It's not just basic finance, it's common sense: A large pool of money invested by professionals will yield far greater returns than small, separate accounts managed by individuals with no professional training in finance.
roponents of the drastic Chicago pension cuts sought by the city have threatened a range of doomsday scenarios if their proposal is not enacted. Rather than the thoughtful, informed discussion this matter deserves, this is the equivalent of shouting "Fire!" in a crowded theater.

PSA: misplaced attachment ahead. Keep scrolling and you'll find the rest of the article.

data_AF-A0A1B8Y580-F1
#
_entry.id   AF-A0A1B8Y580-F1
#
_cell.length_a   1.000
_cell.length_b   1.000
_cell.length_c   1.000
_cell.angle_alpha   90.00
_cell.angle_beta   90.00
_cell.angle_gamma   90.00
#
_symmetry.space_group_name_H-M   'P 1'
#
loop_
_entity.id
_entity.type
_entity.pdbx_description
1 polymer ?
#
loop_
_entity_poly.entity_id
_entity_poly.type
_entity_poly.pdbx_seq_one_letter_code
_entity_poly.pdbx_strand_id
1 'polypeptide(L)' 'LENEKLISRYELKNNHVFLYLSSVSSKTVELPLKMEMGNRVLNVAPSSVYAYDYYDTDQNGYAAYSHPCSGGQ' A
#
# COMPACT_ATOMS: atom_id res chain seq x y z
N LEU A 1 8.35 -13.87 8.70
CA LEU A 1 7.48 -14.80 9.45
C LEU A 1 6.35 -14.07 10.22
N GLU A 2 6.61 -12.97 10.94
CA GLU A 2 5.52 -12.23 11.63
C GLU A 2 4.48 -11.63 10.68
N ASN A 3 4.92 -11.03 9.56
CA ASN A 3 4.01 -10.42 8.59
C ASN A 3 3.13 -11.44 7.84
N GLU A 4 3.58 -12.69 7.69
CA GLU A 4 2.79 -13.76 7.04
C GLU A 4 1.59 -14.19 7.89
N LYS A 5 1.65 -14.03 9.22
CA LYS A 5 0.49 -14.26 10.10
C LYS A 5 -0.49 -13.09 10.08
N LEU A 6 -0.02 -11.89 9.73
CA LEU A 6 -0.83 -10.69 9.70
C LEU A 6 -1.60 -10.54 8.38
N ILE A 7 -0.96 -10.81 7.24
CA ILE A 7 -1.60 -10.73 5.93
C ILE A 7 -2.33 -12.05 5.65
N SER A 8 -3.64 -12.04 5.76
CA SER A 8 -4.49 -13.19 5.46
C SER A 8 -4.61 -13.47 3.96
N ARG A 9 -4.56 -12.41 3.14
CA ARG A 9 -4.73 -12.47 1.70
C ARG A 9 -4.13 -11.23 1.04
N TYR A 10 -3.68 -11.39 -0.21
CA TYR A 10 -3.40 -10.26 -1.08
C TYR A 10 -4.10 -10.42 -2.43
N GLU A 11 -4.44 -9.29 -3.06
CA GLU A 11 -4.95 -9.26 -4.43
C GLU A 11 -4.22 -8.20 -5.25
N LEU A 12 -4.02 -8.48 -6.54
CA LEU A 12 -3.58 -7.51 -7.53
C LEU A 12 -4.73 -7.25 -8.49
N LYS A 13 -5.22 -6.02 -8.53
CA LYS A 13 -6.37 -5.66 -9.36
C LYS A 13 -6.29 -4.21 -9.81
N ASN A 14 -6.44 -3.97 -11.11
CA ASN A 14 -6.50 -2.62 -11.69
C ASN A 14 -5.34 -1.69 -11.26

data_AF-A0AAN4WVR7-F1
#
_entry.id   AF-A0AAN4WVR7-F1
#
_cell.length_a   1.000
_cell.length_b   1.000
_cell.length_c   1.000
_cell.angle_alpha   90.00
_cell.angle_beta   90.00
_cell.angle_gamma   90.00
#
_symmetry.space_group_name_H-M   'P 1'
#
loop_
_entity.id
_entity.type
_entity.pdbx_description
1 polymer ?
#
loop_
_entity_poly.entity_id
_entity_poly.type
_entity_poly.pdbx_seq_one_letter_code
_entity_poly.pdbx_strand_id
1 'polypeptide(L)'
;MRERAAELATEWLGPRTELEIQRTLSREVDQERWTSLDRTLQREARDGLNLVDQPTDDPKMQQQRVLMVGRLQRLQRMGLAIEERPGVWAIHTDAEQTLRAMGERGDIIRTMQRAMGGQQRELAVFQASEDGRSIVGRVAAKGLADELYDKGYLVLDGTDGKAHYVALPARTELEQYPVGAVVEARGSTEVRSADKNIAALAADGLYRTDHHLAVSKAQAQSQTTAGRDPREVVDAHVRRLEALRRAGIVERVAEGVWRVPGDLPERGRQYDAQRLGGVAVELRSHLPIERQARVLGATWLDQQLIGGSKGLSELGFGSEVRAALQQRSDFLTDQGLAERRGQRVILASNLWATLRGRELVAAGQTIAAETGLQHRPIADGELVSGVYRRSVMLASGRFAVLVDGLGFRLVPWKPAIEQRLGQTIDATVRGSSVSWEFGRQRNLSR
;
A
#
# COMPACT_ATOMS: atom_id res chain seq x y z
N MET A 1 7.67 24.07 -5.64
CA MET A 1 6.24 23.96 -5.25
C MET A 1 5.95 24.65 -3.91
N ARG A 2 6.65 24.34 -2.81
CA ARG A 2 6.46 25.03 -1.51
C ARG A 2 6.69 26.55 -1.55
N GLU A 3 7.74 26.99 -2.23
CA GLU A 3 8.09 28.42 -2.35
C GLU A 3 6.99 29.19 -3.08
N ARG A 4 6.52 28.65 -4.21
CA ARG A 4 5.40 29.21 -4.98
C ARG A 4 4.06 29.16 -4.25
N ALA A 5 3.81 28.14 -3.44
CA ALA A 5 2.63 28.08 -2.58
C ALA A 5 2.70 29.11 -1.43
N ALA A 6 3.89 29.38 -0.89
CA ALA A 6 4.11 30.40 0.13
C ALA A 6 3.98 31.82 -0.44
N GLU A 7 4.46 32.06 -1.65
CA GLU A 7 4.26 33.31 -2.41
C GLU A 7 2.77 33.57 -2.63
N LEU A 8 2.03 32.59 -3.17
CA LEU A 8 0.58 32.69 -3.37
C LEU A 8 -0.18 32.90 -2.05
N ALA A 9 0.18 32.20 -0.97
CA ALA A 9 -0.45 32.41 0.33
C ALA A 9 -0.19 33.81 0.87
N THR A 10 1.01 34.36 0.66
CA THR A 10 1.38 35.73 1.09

That's the one good thing you can say about what's going on in Detroit: It will hopefully motivate the politicians, employees and unions everywhere else to face reality and not believe the Tooth Fairy will somehow deposit the cash under their pillows.
The pension crisis still has no solution, and as each day passes, the Illinois taxpayers are the ones who pay the piper -- literally. It's cost taxpayers $21 billion since 2000, and it's only getting worse.